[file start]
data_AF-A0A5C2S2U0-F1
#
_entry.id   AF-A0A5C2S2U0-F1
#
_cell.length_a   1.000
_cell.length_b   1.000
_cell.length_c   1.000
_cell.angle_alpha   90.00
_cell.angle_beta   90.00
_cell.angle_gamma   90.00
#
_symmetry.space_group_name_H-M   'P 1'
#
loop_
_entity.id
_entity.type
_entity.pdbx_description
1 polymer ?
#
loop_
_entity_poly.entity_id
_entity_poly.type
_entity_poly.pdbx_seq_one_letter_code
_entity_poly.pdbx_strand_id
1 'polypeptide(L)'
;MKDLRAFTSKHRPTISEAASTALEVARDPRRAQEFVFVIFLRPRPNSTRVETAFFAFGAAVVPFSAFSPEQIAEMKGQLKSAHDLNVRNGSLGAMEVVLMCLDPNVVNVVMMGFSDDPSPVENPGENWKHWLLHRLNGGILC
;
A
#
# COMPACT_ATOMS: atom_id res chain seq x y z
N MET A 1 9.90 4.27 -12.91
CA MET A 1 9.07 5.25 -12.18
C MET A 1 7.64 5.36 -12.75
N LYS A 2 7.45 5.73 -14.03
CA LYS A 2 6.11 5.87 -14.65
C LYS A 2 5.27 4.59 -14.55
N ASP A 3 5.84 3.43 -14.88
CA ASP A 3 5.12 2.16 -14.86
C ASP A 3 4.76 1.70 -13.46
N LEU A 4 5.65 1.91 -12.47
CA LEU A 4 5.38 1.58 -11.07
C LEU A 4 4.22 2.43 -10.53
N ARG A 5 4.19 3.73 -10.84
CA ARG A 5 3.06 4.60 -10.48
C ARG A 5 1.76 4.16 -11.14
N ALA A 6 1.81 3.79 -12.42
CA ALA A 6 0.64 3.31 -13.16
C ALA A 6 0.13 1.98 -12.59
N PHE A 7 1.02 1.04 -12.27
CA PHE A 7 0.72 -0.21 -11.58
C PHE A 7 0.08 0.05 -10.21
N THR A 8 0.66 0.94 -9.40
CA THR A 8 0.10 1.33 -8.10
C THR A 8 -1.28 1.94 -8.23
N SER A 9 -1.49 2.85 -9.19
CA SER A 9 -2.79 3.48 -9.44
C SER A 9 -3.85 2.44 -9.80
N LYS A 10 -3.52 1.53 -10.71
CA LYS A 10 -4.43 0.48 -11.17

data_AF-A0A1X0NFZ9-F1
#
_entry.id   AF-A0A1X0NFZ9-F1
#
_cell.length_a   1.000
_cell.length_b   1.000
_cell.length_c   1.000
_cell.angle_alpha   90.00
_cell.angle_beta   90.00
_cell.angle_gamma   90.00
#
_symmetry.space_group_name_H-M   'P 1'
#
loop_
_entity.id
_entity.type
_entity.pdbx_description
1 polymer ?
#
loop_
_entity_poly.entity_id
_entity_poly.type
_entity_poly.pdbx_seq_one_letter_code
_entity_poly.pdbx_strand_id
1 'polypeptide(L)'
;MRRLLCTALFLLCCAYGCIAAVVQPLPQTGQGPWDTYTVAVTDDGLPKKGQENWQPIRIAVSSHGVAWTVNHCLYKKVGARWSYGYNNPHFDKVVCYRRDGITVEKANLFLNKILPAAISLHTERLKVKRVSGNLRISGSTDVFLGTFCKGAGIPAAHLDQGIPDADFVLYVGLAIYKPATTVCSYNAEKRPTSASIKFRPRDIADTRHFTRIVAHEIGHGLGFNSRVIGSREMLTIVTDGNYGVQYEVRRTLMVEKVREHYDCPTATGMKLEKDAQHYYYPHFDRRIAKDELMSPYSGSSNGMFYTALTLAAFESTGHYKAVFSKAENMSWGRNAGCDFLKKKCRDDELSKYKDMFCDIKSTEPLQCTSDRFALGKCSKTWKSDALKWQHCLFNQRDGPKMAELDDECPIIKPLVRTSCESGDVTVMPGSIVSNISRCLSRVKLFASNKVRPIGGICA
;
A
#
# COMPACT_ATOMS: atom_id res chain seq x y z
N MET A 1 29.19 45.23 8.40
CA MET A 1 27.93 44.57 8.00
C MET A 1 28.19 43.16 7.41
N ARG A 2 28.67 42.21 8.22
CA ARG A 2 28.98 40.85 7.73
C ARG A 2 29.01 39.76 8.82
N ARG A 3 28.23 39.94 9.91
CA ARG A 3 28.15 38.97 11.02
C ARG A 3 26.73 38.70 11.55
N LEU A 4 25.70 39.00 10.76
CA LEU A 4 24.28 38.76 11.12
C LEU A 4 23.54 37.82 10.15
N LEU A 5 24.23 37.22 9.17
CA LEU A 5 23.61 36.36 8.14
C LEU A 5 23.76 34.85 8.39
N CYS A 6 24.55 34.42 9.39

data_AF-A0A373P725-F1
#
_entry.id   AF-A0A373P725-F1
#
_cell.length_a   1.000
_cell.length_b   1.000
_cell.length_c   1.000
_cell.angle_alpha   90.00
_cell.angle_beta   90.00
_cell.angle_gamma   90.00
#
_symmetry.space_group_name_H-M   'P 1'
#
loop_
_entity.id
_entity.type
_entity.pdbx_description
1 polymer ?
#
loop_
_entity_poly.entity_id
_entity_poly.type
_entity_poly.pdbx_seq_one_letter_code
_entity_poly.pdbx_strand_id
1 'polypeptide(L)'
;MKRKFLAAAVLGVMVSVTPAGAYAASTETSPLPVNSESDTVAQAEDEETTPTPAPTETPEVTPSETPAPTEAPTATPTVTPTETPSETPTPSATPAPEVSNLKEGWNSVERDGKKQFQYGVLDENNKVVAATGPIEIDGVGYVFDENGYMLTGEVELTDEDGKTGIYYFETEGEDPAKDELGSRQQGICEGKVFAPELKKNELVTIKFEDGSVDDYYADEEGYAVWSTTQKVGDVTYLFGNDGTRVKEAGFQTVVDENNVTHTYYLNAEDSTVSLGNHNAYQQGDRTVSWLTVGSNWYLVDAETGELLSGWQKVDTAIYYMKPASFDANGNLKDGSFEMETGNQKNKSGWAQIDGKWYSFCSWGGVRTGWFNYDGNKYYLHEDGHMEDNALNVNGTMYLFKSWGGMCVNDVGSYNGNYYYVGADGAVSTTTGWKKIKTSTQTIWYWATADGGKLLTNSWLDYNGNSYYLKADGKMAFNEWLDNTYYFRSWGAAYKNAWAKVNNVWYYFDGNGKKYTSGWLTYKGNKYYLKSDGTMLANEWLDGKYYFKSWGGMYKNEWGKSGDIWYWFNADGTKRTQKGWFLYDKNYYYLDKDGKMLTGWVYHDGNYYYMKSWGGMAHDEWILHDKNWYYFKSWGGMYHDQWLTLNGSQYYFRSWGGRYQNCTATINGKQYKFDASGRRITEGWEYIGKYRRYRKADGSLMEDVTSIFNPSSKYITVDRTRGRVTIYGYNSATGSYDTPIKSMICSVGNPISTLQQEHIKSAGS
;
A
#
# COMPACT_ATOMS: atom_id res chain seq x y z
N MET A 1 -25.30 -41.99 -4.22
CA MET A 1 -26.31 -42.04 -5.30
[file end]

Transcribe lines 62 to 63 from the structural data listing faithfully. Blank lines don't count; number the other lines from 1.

_entry.id   AF-A0A1X0NFZ9-F1
#